- Apple AirTags have been hacked by Thomas Roth.
- The researcher “Stackmashing” also posted details about the hack on Twitter.
- The AirTag’s Lost Mode could be tweaked once it’s hacked.
- Apple claimed privacy and security as the core features of the AirTags.
Apple introduced the long-awaited AirTags at the “Spring Loaded” event in April 2021. It is meant to aid users in tracking objects that otherwise have no smart features, like backpacks and keys. AirTags is designed with the same privacy and security found in Find My. No location data or location history is stored inside the device. Communication with the Find My network is end-to-end encrypted. Only the owner has access to location data and no one. Even Apple doesn’t know the identity or location of any device that helped find it.
AirTags hacked and reprogrammed by security researchers:
A security researcher has found that Apple’s AirTags can be hacked and its software can be altered. The microcontroller reveals things that can be reprogrammed to change specific functions. Apple is well known for having built high levels of security into its products, which naturally led the new AirTags to become a target for security researchers. A little over a week after shipping, it looks like some AirTags items could be changed.
German security researcher “Stack Smashing” revealed on Twitter that they were able to “break into the microcontroller” of the AirTag. Posted on Saturday and first reported by 8 bits, the tweet thread includes some details about the researcher’s exploration of the device.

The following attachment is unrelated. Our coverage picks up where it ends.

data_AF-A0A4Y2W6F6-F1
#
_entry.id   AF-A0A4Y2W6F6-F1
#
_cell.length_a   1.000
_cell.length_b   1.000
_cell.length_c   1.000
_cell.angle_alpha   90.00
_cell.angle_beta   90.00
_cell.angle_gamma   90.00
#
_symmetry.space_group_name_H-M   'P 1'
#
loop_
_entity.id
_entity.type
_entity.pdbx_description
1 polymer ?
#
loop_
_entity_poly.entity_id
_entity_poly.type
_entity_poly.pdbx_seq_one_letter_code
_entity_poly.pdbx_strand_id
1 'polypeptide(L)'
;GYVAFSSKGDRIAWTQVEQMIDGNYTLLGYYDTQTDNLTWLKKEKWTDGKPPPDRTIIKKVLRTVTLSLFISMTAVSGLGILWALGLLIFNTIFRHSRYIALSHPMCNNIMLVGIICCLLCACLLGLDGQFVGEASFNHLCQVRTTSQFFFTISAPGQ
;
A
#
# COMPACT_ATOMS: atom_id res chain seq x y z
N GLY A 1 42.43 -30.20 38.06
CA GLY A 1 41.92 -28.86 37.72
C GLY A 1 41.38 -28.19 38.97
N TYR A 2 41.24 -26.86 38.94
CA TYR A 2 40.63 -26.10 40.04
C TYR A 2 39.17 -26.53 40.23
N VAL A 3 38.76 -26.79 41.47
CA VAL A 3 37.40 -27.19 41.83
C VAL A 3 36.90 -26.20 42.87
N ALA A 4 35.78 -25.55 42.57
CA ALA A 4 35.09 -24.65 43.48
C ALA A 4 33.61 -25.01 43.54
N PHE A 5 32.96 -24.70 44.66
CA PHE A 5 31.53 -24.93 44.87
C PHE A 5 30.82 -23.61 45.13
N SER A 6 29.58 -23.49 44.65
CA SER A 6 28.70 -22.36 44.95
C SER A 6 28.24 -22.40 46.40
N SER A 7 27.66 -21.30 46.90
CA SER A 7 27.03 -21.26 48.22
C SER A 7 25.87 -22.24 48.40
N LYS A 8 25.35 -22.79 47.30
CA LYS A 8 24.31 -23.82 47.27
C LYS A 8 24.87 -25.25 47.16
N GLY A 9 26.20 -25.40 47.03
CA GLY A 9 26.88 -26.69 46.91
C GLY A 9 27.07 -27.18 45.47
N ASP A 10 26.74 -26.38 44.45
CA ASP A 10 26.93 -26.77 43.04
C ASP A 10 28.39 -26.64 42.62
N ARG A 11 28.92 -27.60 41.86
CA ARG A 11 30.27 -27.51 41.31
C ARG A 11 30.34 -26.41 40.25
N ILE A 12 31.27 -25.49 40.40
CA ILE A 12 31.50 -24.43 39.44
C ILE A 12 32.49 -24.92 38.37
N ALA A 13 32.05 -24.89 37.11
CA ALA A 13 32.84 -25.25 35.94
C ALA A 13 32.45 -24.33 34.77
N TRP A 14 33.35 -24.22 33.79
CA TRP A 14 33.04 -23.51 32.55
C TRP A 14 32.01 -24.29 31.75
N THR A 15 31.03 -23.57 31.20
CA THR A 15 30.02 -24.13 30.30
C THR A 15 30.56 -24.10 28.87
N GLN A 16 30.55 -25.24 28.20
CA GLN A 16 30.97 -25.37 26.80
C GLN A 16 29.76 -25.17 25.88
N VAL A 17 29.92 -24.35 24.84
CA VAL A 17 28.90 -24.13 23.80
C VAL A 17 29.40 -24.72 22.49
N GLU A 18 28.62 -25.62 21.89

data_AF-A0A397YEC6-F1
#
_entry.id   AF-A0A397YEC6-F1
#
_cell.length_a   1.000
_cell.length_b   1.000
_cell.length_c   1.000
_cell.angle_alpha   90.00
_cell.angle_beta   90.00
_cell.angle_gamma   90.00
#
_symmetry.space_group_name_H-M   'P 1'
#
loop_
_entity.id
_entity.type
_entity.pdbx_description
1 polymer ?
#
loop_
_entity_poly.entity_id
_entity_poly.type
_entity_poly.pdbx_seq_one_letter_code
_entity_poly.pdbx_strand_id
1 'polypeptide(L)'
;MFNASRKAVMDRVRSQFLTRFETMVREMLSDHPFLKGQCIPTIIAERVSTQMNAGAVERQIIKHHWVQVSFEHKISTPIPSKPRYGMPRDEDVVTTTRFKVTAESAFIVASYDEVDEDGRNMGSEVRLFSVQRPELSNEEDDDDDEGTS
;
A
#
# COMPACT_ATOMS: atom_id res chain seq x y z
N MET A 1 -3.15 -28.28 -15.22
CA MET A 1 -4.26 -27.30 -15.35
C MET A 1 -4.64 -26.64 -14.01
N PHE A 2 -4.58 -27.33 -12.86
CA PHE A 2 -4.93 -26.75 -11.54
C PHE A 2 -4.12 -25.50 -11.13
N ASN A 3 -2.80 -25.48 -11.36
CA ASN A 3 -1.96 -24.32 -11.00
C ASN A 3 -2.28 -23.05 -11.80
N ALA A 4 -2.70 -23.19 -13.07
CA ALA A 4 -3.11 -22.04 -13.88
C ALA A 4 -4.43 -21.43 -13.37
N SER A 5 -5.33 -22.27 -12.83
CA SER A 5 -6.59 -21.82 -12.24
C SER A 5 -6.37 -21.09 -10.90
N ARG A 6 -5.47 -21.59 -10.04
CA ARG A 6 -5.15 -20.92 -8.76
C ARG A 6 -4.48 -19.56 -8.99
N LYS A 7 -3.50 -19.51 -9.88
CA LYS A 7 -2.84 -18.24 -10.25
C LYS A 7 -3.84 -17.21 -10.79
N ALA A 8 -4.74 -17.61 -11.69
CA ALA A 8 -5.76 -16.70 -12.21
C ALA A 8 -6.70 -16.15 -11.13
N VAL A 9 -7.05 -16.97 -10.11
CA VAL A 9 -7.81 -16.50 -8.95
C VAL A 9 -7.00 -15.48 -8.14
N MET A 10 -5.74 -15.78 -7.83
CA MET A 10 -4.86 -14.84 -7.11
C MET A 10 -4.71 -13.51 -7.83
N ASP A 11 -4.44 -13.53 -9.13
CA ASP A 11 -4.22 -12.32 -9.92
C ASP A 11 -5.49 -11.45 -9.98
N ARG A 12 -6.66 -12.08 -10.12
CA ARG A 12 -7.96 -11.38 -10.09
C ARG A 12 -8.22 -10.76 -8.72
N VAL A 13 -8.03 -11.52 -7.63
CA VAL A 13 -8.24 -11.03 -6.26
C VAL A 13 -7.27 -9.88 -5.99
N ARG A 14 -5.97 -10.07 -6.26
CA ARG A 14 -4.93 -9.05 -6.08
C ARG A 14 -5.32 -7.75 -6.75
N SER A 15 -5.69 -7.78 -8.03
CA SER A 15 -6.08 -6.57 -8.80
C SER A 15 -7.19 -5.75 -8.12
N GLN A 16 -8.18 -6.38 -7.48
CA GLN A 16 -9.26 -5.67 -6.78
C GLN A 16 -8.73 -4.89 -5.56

After a few hours and several tags destroyed in the process, the researcher performed firmware dumps and finally found that the microcontroller could be reflashed. In short, the researcher has proven that it is possible to modify the programming of the microcontroller, to change its operation.
Apple claimed privacy and security as the core features of the AirTag:
When the AirTag is in the Lost Mode, it shows a notification when scanned by an NFC-capable smartphone. For example, a notification on an iPhone or an Android smartphone. It shows a link to the found.apple.com website (part of the Find My network) to display information about the owner.
The hackers could be able to leverage the loopholes showcased on Twitter to target those who found the lost AirTag to malicious websites, instead of displaying information about the user. However, Roth did mention in his tweets that it took hours for him to bring modifications. He also said that he bricked a couple of AirTags before reaching success.
Apple claims privacy and security as the core features of the AirTag at the time of its official announcement last month. However, the tweets posted by Roth suggest that the Cupertino company may need to bring an update to block firmware-level modification.